I did this watercolor landscape of Glencoe from a photograph of a recent trip to Scotland. The Highlands of Scotland are so inspiring and beautiful. I would love to go back some day just to paint. This painting was also part of an exercise in the book I am working through called Watercolor Class by Michael Crespo. The excersice is called the “The Three Zones of Landscape.”
My six year old sanguine and bubbly middle child has been anxiously waiting for me to finish her quilt. She watched me make one for her little brother and quickly put in her own order. You see her little feet poke out of the last blanket I made her so “It doesn’t fit anymore.” I have a bunch of baby quilts around the house made by three generations of quilters, but she is no baby.
I picked out the colors with her and her older sister in mind (her sister put in an order too, of course). They are much more bright and girly than I would choose for myself (but ones I still love), but that is who they are for. I chose a Amy Butler print as the starting point for the colors and prints. There is also a lot of Anna Maria Horner, a Kaffe Fassett and random stash fabrics.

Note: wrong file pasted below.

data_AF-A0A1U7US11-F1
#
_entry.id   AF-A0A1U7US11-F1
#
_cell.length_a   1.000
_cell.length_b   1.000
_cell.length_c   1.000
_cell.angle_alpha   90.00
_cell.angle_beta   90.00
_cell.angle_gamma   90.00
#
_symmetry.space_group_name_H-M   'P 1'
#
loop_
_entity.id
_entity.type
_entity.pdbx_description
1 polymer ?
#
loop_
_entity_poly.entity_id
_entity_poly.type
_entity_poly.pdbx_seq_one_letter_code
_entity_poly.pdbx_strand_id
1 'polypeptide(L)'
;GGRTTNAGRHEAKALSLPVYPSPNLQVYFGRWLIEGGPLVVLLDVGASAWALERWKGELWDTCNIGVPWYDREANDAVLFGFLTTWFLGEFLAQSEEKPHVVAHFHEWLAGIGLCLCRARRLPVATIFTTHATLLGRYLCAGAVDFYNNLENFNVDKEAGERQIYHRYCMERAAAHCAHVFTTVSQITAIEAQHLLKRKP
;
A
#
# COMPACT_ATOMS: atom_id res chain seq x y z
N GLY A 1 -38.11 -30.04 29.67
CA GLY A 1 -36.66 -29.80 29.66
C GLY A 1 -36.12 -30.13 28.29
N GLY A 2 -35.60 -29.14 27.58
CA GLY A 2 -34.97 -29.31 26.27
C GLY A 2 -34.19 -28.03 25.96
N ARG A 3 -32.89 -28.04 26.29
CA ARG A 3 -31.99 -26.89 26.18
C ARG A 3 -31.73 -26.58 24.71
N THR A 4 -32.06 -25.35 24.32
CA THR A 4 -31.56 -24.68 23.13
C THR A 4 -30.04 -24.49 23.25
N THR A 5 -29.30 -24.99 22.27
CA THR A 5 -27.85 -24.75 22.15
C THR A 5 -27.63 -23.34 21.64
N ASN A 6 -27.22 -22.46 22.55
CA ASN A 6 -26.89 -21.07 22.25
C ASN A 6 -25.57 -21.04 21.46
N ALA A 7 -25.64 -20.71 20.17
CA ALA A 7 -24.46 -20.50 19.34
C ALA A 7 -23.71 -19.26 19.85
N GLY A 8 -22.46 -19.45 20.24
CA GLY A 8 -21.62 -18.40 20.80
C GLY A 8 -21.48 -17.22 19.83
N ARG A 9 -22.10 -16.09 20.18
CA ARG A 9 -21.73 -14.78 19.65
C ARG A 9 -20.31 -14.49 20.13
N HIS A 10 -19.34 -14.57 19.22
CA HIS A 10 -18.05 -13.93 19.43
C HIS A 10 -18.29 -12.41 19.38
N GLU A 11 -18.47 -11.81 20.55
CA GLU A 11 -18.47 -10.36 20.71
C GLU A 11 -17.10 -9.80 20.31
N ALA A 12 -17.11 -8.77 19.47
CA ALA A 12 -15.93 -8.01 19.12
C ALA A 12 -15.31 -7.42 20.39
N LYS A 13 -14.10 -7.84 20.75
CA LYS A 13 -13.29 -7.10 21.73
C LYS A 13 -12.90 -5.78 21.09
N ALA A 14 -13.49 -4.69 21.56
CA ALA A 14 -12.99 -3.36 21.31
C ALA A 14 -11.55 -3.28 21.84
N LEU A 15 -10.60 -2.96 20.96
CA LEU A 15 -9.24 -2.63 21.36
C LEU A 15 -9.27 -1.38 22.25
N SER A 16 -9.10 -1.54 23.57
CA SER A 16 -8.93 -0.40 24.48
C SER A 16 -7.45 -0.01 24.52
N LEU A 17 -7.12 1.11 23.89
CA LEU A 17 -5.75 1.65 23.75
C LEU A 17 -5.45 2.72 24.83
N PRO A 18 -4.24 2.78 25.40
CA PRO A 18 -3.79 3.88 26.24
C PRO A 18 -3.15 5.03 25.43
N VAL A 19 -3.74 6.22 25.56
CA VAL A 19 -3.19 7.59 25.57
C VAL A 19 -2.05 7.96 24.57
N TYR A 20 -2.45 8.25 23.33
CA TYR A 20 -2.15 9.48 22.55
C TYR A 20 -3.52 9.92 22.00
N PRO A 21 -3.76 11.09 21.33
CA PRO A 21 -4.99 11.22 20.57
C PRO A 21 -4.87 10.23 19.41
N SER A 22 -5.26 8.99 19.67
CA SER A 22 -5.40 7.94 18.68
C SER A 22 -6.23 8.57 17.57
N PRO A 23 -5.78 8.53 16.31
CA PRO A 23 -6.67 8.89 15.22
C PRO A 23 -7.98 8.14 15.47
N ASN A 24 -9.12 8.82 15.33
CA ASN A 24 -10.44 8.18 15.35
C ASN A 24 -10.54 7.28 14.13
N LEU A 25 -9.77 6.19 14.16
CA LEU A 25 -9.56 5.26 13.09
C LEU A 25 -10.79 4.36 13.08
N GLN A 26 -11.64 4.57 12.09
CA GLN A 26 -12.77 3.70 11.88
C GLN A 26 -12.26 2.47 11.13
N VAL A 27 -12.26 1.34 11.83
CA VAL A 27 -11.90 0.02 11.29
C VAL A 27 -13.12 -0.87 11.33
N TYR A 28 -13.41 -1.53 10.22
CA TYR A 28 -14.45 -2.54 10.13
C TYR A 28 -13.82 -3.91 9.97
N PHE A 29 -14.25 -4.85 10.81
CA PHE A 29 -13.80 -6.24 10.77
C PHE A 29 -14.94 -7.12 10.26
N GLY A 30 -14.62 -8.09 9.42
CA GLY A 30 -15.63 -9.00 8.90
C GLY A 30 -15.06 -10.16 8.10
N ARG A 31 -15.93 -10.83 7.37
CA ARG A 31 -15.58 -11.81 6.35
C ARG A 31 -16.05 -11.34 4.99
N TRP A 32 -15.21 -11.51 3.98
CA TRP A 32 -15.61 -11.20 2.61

I chose gray as the background color to help neutralize the brightness and busyness of the prints. Noelle has swooned at every step of me making this quilt. When when the geese were all made I let her help me arrange them. She loved this and took it very seriously.
This was my first flying geese quilt and my first quilt not using a pattern (well, that needed exact measurements anyway). It was the first time I tried machine quilting. I learned A LOT on this quilt. I made mistakes but I learned so much from each one. I learned I don’t like machine quilting a full-sized quilt. I started that way and then decided to create a pattern of machine quilting some rows (for time sake) and hand quilting the others.
I find hand quilting so much more enjoyable. It’s more time consuming but I like the final look more. I find it relaxing, cathartic and mindless. It’s a skill tha has been handed down to me from my grandma and mother and there is something very nostalgic and meaningful in that. There is a strong connection to my heritage, women in my life and past, and it is woven into every piece I’ve made.
The back was made from different grays. I always love the way the stitching comes through on the back.